MIT creates a chip that works like a brain
As we keep edging towards Skynet self sufficient artificial intelligence, MIT have taken a considerable step closer with their take on a Neuronal chip, mimicking the function of a synapse in the brain.
We heard of DARPA and IBM creating a neurosynaptic chip a while back; but MIT are the first out the gates with the first physical evidence we've seen of the technology. In its capabilities of modelling specific communications among neurons, the chip could help further brain study and aid in the creation of neural prosthetic devices like artificial retinas.
“We now have a way to capture each and every ionic process that’s going on in a neuron,” said Chi-Sang Poon, a research scientist in the Harvard-MIT Division of Health Sciences and Technology and author of a paper describing the new chip.
The MIT Neuronal chip contains 400 transistors, all which act simultaneously to mimic the activity of a single brain synapse, which is the gap between which your neural and non-neural cells signal actions and thoughts, creating circuits between your mind and central nervous system. The chip works through recreating these actions through a tweak in chip transistors which allows MIT engineers to mimic a continuous flow, rather than the tradition on-off architecture common to other chips.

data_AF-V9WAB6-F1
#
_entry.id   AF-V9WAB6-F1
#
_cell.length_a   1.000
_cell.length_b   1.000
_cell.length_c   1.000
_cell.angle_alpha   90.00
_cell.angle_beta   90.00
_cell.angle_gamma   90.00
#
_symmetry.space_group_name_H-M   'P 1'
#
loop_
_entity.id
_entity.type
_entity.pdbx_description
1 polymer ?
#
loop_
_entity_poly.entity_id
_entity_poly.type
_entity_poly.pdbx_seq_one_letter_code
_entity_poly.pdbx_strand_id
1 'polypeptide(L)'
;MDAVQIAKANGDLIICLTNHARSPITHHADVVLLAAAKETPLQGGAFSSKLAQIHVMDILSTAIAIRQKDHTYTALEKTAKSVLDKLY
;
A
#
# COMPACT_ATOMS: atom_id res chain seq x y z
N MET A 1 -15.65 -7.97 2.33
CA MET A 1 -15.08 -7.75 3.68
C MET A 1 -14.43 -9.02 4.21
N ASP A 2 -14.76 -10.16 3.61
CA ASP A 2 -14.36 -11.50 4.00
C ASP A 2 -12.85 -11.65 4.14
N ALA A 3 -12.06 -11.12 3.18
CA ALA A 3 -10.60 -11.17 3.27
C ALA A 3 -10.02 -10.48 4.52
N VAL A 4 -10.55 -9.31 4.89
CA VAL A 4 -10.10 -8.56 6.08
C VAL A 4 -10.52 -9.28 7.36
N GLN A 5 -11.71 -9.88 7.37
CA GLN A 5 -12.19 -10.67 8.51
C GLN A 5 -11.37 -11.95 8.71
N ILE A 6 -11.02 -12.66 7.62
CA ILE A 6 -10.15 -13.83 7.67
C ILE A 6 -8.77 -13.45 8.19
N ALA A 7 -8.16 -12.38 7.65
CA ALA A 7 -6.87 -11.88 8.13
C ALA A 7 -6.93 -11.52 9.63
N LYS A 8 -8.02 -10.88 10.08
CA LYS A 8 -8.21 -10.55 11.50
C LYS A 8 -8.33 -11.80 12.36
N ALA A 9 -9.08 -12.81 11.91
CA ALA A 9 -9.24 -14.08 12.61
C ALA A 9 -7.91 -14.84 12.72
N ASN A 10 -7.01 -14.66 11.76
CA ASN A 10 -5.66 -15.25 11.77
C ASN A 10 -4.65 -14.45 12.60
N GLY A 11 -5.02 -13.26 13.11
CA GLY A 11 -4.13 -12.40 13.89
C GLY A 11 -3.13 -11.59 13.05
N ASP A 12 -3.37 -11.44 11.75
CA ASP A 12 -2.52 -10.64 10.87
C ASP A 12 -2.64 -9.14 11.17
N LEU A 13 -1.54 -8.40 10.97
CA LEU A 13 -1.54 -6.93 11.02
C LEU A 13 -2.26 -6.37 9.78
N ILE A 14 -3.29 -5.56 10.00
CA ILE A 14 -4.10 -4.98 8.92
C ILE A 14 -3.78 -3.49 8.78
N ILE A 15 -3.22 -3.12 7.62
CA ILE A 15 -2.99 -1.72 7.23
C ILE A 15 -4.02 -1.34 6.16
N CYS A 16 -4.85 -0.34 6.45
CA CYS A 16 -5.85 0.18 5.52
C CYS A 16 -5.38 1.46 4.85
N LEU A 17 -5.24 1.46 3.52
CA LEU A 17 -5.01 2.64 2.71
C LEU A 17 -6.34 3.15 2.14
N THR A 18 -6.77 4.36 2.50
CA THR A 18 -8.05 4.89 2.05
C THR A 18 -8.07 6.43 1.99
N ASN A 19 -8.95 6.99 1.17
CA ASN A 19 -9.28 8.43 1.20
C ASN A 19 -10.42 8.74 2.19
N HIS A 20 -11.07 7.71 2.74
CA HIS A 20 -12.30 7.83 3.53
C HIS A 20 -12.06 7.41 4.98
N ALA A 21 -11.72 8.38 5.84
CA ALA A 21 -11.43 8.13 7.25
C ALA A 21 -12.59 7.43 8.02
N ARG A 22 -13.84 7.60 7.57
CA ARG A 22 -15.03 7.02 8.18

The brain contains around 100 billion neurons, connected in numerous ways through, performing many more hundreds of billions of transmissions per second. So for one synapse to be recreated is still a long ways away from a full AI recreation. But it's one step towards technology with self-awareness and capabilities beyond what anybody can probably comprehend thus far.